Study on genetics in fruit flies leads to new method for understanding brain function

Sep 10, 2010

A team of University of Oklahoma researchers studying neurobiology in fruit flies (Drosophila) has developed a new method for understanding brain function with potential applications in studies of human neurological diseases.

The work is carried out in the laboratory of Bing Zhang, a professor in the OU Department of Zoology, using as a model for understanding what happens in the human brain because they share thousands of the same genes with a human.

Zhang and his students use a 'reverse engineering' approach to understand how the brain works. "If we know how cells behave in fruit flies, we may better understand how they work in humans," says Zhang. "A key experimental step to achieving this goal is to manipulate and observe their effects on animal behavior. This is usually done by targeting one or two cells at a time or a small group of cells."

How to target brain cells depends largely on advances in or tools. In the past 20 years, Drosophila researchers have developed sophisticated tools for cell and gene manipulation. However, one current and widely used method, called the GAL4/UAS system, is limited in its applicability to target small subsets of cells.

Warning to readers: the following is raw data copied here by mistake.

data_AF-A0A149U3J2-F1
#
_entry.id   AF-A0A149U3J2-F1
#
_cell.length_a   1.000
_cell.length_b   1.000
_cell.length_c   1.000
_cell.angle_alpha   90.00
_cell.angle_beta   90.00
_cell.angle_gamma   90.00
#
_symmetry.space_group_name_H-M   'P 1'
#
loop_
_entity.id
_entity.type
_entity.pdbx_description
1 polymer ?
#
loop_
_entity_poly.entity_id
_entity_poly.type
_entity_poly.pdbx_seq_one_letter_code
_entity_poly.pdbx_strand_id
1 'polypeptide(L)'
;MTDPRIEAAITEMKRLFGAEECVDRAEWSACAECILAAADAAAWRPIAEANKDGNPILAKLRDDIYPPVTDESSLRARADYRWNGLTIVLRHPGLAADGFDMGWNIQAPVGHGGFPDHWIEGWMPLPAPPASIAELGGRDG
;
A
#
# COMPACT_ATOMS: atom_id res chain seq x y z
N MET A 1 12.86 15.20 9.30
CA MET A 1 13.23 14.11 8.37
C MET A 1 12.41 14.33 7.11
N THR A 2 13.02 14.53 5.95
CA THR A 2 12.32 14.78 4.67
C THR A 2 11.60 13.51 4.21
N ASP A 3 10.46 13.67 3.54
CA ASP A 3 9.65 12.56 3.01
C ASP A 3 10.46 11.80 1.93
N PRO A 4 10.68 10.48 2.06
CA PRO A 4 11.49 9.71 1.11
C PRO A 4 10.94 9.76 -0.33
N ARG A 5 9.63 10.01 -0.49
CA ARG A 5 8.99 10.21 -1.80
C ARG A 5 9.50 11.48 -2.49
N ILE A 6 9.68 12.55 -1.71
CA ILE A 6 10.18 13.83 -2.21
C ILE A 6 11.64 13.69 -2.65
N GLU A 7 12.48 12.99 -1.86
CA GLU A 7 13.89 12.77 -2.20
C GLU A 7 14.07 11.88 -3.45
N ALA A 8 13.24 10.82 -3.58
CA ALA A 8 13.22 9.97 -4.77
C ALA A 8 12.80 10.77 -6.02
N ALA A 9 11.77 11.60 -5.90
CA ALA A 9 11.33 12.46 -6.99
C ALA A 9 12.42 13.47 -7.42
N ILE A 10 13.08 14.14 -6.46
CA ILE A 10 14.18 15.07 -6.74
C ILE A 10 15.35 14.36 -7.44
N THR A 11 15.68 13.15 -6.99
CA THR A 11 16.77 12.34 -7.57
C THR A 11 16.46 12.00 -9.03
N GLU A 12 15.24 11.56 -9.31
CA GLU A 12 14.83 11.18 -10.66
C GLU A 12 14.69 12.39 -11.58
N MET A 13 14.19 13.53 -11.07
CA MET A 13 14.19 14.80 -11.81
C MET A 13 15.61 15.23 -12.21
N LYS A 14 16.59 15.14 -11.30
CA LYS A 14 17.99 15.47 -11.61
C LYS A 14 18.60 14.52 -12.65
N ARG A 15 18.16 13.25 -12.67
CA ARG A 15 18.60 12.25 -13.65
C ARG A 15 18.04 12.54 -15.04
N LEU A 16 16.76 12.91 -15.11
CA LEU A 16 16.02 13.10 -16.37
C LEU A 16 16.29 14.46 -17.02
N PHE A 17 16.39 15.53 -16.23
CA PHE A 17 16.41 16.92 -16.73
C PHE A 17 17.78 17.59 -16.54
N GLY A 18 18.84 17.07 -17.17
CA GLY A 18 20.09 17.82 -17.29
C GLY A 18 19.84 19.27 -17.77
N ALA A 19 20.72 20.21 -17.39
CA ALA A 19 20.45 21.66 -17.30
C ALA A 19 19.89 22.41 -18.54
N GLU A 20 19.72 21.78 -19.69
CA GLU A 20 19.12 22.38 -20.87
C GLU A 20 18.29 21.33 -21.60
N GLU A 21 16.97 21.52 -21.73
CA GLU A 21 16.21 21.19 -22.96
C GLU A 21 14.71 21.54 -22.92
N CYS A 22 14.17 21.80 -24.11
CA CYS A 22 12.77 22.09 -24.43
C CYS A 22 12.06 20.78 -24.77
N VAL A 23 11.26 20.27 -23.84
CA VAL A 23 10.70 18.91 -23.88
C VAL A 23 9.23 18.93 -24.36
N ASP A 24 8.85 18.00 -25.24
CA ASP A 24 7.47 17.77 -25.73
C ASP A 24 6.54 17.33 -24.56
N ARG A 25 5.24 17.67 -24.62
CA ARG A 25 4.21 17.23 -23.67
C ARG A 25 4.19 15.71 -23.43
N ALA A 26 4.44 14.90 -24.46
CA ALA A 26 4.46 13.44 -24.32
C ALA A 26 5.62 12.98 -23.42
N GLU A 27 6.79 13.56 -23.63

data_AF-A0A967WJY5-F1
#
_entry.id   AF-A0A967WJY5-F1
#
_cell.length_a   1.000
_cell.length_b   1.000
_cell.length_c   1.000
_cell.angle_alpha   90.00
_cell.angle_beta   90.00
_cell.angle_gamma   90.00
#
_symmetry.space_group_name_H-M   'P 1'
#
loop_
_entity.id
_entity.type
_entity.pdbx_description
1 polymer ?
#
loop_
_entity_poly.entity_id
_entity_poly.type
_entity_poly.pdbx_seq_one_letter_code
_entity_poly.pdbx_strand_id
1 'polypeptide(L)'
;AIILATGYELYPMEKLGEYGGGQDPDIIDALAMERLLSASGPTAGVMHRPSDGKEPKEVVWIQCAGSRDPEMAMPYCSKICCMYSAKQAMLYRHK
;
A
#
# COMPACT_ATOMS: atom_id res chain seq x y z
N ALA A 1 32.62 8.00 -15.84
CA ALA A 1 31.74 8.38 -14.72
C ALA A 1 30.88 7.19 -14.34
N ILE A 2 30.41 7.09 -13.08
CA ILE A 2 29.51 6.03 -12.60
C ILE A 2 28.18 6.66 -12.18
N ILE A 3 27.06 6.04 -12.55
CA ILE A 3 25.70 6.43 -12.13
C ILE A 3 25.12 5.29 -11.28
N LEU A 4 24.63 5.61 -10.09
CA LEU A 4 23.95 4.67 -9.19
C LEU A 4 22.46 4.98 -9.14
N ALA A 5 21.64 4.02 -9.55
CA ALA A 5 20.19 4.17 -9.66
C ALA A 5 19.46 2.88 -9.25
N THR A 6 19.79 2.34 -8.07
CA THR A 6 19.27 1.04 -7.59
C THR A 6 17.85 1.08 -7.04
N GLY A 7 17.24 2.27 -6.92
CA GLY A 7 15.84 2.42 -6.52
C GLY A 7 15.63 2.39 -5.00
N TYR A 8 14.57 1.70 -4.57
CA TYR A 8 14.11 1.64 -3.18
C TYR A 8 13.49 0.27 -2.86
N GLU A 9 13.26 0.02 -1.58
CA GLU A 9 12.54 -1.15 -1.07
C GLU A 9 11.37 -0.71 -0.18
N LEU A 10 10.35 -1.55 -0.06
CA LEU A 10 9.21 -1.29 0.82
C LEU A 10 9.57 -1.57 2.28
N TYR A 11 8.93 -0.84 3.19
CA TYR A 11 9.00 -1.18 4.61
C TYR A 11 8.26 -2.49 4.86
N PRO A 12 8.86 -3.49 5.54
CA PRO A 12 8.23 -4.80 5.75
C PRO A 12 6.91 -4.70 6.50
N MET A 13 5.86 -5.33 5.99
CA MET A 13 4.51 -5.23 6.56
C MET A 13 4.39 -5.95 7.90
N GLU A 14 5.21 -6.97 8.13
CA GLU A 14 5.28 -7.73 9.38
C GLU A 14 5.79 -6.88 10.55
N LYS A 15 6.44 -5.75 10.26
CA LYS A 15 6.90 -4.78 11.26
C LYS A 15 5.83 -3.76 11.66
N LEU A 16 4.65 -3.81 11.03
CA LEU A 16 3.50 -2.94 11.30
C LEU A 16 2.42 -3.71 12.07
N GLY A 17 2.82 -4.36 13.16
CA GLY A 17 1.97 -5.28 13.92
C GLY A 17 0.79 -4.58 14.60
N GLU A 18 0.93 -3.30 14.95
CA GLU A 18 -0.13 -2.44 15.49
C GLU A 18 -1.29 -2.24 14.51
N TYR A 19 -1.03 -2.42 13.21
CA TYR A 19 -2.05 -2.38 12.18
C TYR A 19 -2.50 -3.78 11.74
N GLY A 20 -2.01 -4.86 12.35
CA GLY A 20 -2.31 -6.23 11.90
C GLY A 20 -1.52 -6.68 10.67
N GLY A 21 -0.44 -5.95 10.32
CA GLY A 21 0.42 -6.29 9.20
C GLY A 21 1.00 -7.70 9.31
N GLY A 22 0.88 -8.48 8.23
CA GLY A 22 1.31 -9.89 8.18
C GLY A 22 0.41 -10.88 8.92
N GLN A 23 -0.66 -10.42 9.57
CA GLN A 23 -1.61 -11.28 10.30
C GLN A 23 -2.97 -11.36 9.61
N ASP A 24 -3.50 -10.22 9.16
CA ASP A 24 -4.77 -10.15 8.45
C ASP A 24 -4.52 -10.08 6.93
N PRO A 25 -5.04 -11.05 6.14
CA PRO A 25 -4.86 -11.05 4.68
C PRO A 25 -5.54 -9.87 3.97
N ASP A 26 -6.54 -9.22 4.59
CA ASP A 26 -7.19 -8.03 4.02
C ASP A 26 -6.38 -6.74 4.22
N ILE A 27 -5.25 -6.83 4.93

The method developed by Zhang's group takes advantage of two additional that when used in combination with the GAL4/UAS system, greatly expands its utility. The new method represents a significant advance, enabling researchers to now more precisely manipulate a small subset of brain cells.

Zhang stressed that Rudolf Bohm, a talented postdoctoral fellow in his laboratory, was instrumental in developing the initial ideas for this method. Furthermore, a group of highly driven and capable undergraduate students made significant contributions to the project, including Will Welch, Lindsey Goodnight, Logan Cox, Leah Henry and Tyler Gunter.

According to Zhang, "There is no limit to the types of studies that can be done using fruit flies." For example, fly neurobiologists can learn a lot about the brain in stroke patients by studying similar cell behavior in fruit flies. The same method can be applied with studies of human diseases, such as Alzheimer's or Parkinson's disease. Zhang and his colleagues even study drug and alcohol addiction in fruit flies to understand human substance addiction and abuse.

Explore further: Automating the selection process for a genome assembler

More information: An article on this study was recently published in the scientific journal, Proceedings of the National Academy of Sciences.

Provided by University of Oklahoma

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